Government health exchanges: Exchanging freedom for ‘fairness’?

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The Obama administration claims the state health exchanges christened under its Patient Protection and Affordable Care Act will ensure access to affordable health care for all.

But such exchanges are little more than a glorified Web site listing health-insurance plans that acquiesce to the multitude of costly mandates in President Obama’s health care law.

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The reality is that these health exchanges merely serve to subsidize the irresponsible habits of the moochers who choose to lead unhealthy lifestyles on the government’s dime by providing virtually zero incentive to practice preventive care for one’s own health.

Meanwhile, those who choose healthier lifestyles are forced not only to purchase health plans containing services they neither want nor need, but also to pick up the check for the Twinkie eaters.

The Supreme Court barely finished announcing its recent affirmation of Obama’s unconstitutional health-care policy before Kentucky Gov. Steve Beshear began pushing for a government-run exchange in the Bluegrass State.

Beshear, who never saw a Washington dollar or program he didn’t simply adore, was probably breathing a sigh of relief after the high court’s decision. He can now keep the $67 million he had already received from the federal government to set up such an exchange in Kentucky.

But before the governor moves forward, he should have to answer some questions that he likely would just as soon avoid:

  • Why is $67 million needed to set up a health exchange website, and what kind of “return” will taxpayers receive on this exorbitant investment?
  • Why do we need government exchanges when we already have private exchanges that need not adhere to an overlay of government’s expensive red tape?
  • Isn’t the whole point of this health care law to provide “affordable care?” How does forcing additional rules on plans which drive up costs – such as prohibiting private insurers from charging higher rates for higher-risk patients – make this more “affordable” than privately run plans without all that red tape?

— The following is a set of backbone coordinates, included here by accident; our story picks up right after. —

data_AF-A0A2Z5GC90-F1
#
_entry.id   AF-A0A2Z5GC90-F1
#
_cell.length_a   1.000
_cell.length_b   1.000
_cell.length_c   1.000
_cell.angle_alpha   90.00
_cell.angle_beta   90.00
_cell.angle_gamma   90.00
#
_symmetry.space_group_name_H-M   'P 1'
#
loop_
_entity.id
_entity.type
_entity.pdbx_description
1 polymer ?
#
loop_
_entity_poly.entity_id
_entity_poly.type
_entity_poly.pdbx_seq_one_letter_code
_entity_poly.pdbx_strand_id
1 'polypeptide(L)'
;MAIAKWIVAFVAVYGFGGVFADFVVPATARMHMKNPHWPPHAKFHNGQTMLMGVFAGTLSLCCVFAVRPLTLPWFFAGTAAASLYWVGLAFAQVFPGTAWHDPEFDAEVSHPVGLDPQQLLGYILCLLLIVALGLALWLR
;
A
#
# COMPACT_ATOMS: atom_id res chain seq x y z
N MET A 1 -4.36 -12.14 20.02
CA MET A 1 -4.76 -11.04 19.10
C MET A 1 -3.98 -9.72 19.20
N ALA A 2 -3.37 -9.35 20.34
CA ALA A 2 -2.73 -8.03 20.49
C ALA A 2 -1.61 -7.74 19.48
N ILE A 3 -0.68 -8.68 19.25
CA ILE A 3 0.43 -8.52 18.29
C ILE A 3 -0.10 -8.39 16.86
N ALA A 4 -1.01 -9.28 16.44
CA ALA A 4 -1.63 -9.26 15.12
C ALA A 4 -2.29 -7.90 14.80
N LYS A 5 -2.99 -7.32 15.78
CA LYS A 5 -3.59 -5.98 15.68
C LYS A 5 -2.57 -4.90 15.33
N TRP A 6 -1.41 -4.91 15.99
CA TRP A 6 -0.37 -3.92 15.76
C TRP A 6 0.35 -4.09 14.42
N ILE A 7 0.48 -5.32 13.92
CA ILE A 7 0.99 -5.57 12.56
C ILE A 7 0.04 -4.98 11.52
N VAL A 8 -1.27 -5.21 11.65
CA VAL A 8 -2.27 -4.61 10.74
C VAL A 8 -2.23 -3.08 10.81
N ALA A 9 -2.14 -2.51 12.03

• Why does Beshear favor the government-exchange approach, which actually discourages the kind of health-insurance plans that reward healthy behavior through full coverage for catastrophic care, high deductibles and health savings accounts for smaller medical expenses – exactly the kind of plans we need?

The Kentucky Enquirer reported that State Rep. Arnold Simpson, D- Covington, believes the President’s plan – and presumably Beshear’s action, as well – ensures “everyone will pay their fair share.”

How is it “fair” to deny healthy Kentuckians the right to have a lower-costing plan than unhealthy citizens?

How is it “fair” to shut out private insurers who are unwilling to force the same costs for coverage on the healthy as they charge for the unhealthy? Is it “fair” to force insurers to cover those with – as supporters of the President’s plan spin it – “preexisting conditions” at the same rate as healthy consumers?

If that’s “fairness,” I’ll take my freedom – and a couple of Twinkies – instead.

In reality, the President’s “fairness plan” will actually discourage healthy behavior, resulting in fewer private insurers and more dependency on government (read: taxpayers) to foot health-care bills as more people get dumped into these exchanges.

But Beshear does not have to aid and abet Obama’s unpopular plan. He should return the $67 million and tell Washington: “If you want such an exchange in Kentucky, you will have to fund, create and administer it yourself.”
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